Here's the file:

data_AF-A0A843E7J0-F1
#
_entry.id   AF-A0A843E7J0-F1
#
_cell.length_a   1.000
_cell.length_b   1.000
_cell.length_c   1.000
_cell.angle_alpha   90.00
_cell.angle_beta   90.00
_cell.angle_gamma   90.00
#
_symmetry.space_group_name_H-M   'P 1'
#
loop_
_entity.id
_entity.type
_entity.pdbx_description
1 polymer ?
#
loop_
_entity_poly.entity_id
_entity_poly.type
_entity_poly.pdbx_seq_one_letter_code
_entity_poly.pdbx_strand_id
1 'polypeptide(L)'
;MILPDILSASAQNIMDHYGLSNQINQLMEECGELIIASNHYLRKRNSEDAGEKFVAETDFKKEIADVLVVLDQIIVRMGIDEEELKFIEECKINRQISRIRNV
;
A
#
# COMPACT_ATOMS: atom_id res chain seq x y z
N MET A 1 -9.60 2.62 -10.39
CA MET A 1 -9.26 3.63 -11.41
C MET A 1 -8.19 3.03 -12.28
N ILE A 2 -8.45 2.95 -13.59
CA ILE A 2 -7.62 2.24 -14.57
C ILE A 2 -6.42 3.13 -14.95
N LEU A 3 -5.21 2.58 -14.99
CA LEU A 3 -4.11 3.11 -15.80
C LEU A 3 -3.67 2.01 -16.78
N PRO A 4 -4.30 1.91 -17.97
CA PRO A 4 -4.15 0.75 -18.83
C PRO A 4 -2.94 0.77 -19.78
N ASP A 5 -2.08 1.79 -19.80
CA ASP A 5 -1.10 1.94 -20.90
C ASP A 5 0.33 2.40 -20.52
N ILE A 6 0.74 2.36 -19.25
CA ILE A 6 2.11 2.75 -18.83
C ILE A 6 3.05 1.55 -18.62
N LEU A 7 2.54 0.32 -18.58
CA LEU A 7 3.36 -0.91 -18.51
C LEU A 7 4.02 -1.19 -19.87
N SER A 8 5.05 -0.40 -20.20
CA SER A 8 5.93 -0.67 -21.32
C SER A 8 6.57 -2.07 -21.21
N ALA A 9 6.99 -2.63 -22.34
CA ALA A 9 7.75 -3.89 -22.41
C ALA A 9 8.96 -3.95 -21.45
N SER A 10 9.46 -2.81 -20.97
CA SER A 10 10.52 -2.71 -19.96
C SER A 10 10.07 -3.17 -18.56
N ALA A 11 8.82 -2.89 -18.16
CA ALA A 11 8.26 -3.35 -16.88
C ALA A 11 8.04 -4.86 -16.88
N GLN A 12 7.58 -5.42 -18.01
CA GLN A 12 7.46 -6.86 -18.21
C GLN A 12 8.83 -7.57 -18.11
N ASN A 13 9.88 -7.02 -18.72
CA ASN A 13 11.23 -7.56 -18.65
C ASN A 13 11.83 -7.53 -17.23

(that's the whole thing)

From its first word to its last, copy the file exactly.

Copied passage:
data_AF-A0A843E7J0-F1
#
_entry.id   AF-A0A843E7J0-F1
#
_cell.length_a   1.000
_cell.length_b   1.000
_cell.length_c   1.000
_cell.angle_alpha   90.00
_cell.angle_beta   90.00
_cell.angle_gamma   90.00
#
_symmetry.space_group_name_H-M   'P 1'
#
loop_
_entity.id
_entity.type
_entity.pdbx_description
1 polymer ?
#
loop_
_entity_poly.entity_id
_entity_poly.type
_entity_poly.pdbx_seq_one_letter_code
_entity_poly.pdbx_strand_id
1 'polypeptide(L)'
;MILPDILSASAQNIMDHYGLSNQINQLMEECGELIIASNHYLRKRNSEDAGEKFVAETDFKKEIADVLVVLDQIIVRMGIDEEELKFIEECKINRQISRIRNV
;
A
#
# COMPACT_ATOMS: atom_id res chain seq x y z
N MET A 1 -9.60 2.62 -10.39
CA MET A 1 -9.26 3.63 -11.41
C MET A 1 -8.19 3.03 -12.28
N ILE A 2 -8.45 2.95 -13.59
CA ILE A 2 -7.62 2.24 -14.57
C ILE A 2 -6.42 3.13 -14.95
N LEU A 3 -5.21 2.58 -14.99
CA LEU A 3 -4.11 3.11 -15.80
C LEU A 3 -3.67 2.01 -16.78
N PRO A 4 -4.30 1.91 -17.97
CA PRO A 4 -4.15 0.75 -18.83
C PRO A 4 -2.94 0.77 -19.78
N ASP A 5 -2.08 1.79 -19.80
CA ASP A 5 -1.10 1.94 -20.90
C ASP A 5 0.33 2.40 -20.52
N ILE A 6 0.74 2.36 -19.25
CA ILE A 6 2.11 2.75 -18.83
C ILE A 6 3.05 1.55 -18.62
N LEU A 7 2.54 0.32 -18.58
CA LEU A 7 3.36 -0.91 -18.51
C LEU A 7 4.02 -1.19 -19.87
N SER A 8 5.05 -0.40 -20.20
CA SER A 8 5.93 -0.67 -21.32
C SER A 8 6.57 -2.07 -21.21
N ALA A 9 6.99 -2.63 -22.34
CA ALA A 9 7.75 -3.89 -22.41
C ALA A 9 8.96 -3.95 -21.45
N SER A 10 9.46 -2.81 -20.97
CA SER A 10 10.52 -2.71 -19.96
C SER A 10 10.07 -3.17 -18.56
N ALA A 11 8.82 -2.89 -18.16
CA ALA A 11 8.26 -3.35 -16.88
C ALA A 11 8.04 -4.86 -16.88
N GLN A 12 7.58 -5.42 -18.01
CA GLN A 12 7.46 -6.86 -18.21
C GLN A 12 8.83 -7.57 -18.11
N ASN A 13 9.88 -7.02 -18.72
CA ASN A 13 11.23 -7.56 -18.65
C ASN A 13 11.83 -7.53 -17.23